Mari El (mäˈrē ĕlˈ) [key], constituent republic (1990 pop. 760,000), c.8,900 sq mi (23,100 sq km), E central European Russia, in the middle Volga valley. Yoshkar-Ola is the capital. The region is a rolling plain, heavily forested with fir and pine. There is an extensive lumbering industry, and the republic produces paper and pulp and varied wood products. In the nonforested agricultural areas, grain and flax are grown, and there is dairy farming and livestock raising. The main industry, however, is machinery and machine tool manufacture. The population is mainly Russian (47%) and Mari (43%), with Tatar, Chuvash, Udmurt, and other minorities. Previously called Cheremiss, the Mari speak a Finno-Ugric language and are known for their wood and stone carving and embroidery. In the 8th cent. the Mari were under Khazar rule. Ruled by the Eastern Bulgars from the 9th to the 12th cent., the Mari were then conquered (1236) by the Golden Horde. The Russians under Ivan IV assumed control in 1552. An autonomous region was organized in the area in 1920, and an autonomous republic established in 1936. It was a signatory to the Mar. 31, 1992, treaty that created the Russian Federation (see Russia).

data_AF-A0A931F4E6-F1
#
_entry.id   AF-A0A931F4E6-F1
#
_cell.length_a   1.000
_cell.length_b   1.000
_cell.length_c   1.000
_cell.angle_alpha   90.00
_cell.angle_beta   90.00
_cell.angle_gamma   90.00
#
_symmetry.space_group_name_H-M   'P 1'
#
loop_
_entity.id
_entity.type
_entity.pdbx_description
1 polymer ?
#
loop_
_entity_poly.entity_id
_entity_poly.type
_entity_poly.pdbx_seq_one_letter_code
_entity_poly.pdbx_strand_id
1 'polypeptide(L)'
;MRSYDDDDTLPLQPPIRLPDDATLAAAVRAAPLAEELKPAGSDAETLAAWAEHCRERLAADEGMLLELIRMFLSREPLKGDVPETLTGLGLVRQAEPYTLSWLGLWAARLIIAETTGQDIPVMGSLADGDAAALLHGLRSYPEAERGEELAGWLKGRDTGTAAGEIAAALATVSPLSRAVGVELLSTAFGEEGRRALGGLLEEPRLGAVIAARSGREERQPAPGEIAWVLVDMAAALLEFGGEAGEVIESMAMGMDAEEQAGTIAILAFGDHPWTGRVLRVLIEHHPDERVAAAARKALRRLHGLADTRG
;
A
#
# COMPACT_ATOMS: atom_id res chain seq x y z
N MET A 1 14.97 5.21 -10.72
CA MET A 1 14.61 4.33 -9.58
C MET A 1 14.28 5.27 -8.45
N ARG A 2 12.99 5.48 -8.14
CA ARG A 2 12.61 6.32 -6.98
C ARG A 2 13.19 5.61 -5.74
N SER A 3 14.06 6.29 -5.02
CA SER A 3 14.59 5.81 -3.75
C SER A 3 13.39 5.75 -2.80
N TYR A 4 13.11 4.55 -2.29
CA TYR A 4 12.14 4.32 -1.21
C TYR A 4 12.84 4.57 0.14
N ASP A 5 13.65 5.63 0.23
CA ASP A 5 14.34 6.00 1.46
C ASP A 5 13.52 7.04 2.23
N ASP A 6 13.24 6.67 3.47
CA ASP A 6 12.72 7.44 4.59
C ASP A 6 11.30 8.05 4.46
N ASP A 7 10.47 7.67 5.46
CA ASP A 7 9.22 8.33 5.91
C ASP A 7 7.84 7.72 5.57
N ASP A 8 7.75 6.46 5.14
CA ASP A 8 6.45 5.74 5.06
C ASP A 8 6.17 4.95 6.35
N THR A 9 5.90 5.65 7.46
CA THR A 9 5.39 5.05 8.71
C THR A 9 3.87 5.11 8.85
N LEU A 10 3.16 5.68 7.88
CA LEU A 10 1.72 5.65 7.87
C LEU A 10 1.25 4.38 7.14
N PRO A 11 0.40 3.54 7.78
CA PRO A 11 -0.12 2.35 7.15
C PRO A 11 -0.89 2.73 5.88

The Columbia Electronic Encyclopedia, 6th ed. Copyright © 2012, Columbia University Press. All rights reserved.
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